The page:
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Ask Boldy, Live Justly

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Ask Boldy, Live Justly

Commentary by Tracy Simmons

This column is an abridged version of a guest sermon given over the weekend at Chewelah United Church of Christ.

I’ve never been good at advocating for myself.

Just the other day I overpaid for a coffee I didn’t order because I felt bad correcting the barista. 

As a kid I was told to be silent, to keep my head down and stay out of the way. 

I was praised for never complaining, or talking back, and for doing what was asked without question.

“Tracy is so well behaved,” people from our then-house church would say. They’d quote 1 Peter 5:5.

“God gives grace to the humble” as if being well behaved was the same as humility.

I understand now 1 Peter 5:5 means God helps those who aren’t too proud to ask for it. But as a kid, I thought God would reward me so long as I wasn’t self assertive, as if being so was a sin.

So I kept my thoughts to myself, and my nose in a book.

They switched up the language sometimes and used the word ‘meek’ to describe me too, calling it a spiritual gift.

For as long as I can remember, my pastor reiterated the importance of submission.

That meant not challenging my mom, step dad or elders, even if I disagreed with them, which I often did. 

Compliance, apparently, was being ‘meek and humble.’

Asking questions of them was selfish anyway, I reminded myself, because it meant I was doubting them and putting myself first. An acronym I learned in grade school seemed to be lodged in the back of my mind.

J-O-Y. 

How you found JOY in your life was to put Jesus first, others second and yourself last.

It’s no wonder I’m a pushover. 

In my professional career, I’ve never negotiated pay or complained about being overworked and underpaid. When making a big purchase, I’ve never negotiated for a better price.

It seemed too confrontational, and it was putting myself before the seller or employer, which is the opposite of what I was taught.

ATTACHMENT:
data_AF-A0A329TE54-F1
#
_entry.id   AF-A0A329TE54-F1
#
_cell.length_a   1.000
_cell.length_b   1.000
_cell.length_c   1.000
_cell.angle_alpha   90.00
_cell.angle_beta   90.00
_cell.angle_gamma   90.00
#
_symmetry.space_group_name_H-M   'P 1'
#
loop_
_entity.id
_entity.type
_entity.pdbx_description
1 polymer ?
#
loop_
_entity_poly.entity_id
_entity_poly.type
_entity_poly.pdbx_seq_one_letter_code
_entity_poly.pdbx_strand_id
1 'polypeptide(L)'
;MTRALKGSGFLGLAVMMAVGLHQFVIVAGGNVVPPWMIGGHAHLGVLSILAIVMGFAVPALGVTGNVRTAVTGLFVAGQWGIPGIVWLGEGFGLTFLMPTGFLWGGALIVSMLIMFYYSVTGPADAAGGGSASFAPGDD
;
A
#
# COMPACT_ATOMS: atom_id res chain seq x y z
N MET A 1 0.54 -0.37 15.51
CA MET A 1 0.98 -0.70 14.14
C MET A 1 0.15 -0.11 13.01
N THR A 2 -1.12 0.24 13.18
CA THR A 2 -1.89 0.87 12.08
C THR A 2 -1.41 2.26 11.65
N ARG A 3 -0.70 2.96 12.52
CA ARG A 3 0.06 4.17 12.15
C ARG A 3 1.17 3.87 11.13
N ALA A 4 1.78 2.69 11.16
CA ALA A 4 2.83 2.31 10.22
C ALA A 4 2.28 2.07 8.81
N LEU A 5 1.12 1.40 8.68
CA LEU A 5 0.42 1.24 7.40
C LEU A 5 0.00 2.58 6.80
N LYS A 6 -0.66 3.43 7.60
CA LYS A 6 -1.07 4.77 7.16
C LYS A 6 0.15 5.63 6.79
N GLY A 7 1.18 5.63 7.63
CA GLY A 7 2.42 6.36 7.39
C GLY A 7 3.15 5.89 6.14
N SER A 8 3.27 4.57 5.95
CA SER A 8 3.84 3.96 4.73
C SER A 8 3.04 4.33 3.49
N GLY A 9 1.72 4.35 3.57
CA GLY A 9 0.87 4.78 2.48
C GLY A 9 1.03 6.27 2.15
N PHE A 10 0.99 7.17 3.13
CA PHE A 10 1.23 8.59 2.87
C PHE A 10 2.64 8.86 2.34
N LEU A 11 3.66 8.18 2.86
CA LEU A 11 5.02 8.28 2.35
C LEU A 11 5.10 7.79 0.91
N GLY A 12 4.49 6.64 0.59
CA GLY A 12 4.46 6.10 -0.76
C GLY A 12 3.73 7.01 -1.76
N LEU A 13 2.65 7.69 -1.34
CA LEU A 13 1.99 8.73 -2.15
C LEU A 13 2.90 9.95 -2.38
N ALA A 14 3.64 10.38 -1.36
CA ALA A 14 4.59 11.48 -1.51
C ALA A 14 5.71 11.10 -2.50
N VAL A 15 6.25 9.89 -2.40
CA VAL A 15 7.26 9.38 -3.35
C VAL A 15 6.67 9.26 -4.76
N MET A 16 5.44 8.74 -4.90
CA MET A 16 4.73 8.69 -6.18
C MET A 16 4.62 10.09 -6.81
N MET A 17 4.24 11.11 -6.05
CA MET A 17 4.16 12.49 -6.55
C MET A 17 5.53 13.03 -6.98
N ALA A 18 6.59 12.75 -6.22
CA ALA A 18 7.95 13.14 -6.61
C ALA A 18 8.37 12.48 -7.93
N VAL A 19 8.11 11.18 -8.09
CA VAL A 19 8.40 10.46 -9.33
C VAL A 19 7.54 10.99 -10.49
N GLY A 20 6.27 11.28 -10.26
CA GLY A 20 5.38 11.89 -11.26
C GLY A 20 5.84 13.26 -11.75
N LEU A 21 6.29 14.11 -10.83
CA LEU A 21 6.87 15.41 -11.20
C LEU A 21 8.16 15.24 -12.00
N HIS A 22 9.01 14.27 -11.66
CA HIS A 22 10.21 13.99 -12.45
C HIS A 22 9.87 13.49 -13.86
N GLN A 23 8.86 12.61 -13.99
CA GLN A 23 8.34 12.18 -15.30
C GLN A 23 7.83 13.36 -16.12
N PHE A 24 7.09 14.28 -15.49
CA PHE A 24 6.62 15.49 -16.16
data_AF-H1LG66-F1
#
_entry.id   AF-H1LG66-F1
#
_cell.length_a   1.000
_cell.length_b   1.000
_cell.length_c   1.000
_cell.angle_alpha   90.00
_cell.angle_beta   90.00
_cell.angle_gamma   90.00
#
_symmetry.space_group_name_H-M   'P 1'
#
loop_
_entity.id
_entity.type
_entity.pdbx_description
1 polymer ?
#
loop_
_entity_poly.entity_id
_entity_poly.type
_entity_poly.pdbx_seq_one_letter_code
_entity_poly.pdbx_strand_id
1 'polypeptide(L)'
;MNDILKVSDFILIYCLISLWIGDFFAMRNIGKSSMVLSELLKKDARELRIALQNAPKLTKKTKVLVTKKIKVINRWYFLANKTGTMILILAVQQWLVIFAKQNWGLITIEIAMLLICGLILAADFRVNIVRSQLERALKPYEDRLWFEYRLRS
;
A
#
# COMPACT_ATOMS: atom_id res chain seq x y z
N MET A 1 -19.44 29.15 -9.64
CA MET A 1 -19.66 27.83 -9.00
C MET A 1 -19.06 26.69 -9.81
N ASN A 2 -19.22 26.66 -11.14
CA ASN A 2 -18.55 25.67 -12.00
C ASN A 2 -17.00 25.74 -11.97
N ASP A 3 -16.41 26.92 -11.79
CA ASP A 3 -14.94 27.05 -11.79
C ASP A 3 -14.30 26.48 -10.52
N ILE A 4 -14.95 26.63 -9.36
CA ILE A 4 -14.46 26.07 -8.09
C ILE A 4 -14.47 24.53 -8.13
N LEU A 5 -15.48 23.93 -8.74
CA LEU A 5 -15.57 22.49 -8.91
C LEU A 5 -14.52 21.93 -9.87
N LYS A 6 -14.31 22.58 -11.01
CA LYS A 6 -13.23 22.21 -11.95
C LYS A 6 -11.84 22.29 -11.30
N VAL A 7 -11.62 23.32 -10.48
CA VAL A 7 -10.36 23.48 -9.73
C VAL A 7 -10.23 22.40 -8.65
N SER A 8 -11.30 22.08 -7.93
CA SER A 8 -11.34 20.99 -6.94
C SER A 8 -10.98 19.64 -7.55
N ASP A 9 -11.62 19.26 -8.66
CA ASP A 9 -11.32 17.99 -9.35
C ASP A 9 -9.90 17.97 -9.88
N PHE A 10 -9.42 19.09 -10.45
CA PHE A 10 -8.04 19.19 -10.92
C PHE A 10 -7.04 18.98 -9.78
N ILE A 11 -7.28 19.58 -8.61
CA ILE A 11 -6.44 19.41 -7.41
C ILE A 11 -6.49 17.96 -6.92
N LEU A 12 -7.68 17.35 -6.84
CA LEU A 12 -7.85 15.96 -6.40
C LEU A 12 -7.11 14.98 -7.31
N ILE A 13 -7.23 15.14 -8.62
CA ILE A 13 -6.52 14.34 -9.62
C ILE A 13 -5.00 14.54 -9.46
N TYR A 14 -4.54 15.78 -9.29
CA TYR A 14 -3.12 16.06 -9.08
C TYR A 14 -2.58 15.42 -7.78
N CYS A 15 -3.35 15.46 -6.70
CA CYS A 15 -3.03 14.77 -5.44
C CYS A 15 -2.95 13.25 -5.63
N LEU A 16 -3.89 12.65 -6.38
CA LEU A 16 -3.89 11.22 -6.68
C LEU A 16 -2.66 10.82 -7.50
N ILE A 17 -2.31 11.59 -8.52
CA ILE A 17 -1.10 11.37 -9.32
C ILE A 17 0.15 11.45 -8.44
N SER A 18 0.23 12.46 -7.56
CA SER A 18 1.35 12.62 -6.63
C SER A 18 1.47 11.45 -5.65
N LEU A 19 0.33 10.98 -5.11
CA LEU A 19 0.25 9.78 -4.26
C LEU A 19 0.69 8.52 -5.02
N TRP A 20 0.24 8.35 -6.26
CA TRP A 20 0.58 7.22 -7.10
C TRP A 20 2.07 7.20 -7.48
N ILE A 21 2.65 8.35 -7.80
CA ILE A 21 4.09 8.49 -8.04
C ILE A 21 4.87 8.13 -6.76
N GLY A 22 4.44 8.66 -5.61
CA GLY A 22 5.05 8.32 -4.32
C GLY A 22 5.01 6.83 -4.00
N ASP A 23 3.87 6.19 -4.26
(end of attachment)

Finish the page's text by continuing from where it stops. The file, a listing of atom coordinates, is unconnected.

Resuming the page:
Undoing an entire childhood of lessons on low self-worth takes, it seems, an entire adulthood.

Yet, even though I’m acquiescent, I’ve always said I stand for justice.

I’ve reported on issues like equal rights and racial equality. I’ve written columns on them. I give voice to these matters through SpokaneFāVS.com.

That’s adamant. Right?

I’m not so sure. It’s easy for me to stand up to the keyboard.

But if I physically saw an injustice happening in front of me I fear that I’d resort to my silent ways and turn away from what I was witnessing.

I want to be courageous, but if I can’t stand up for myself, how can I stand up for others?

Maybe the persistent widow can teach me how.

We learn about her in Luke 18: 1-8.

In this parable, according to Mosaic law, judges were supposed to give special attention to widows because they were marginalized in society and often targets of oppression and fraud. However, that didn’t stop the persistent widow in her pursuit of justice. 

She goes before a judge with her petition repeatedly, not taking no for an answer, “My rights are being violated,” she says. “Protect me.”

He eventually does.

Persistence like this takes courage. 

I’m in awe of this widow. I can’t picture myself standing up before … well anyone … and advocating for myself. It feels selfish, confrontational, bold.

Things I was taught not to be.

If the story of the widow were to continue, I’d like to think she went on to stand up for others who were also marginalized, because it was never just about her. 

I’m learning to be like her and stand up for myself.

It feels better than the meekness, the cowardice, I’ve been shrouded in for so long.

It feels good to learn courageousness and come to understand what the Scriptures really mean, instead of what my pastor wanted me to think they meant.

Right now, for me, I’m being intentional in my life to try and speak up for myself in hopes that when the time comes, I’ll be brave enough to speak up for others. 

Maybe for me it starts by gently telling the barista they got my order wrong, maybe tomorrow it will be something more significant.

Tracy Simmons
Tracy Simmons
Tracy Simmons is an award-winning journalist specializing in religion reporting and digital entrepreneurship. In her approximate 20 years on the religion beat, Simmons has tucked a notepad in her pocket and found some of her favorite stories aboard cargo ships in New Jersey, on a police chase in Albuquerque, in dusty Texas church bell towers, on the streets of New York and in tent cities in Haiti. Simmons has worked as a multimedia journalist for newspapers across New Mexico, Texas, Connecticut and Washington. She is the executive director of SpokaneFāVS.com, a digital journalism start-up covering religion news and commentary in Spokane, Washington. She also writes for The Spokesman-Review and national publications. She is a Scholarly Assistant Professor of Journalism at Washington State University.

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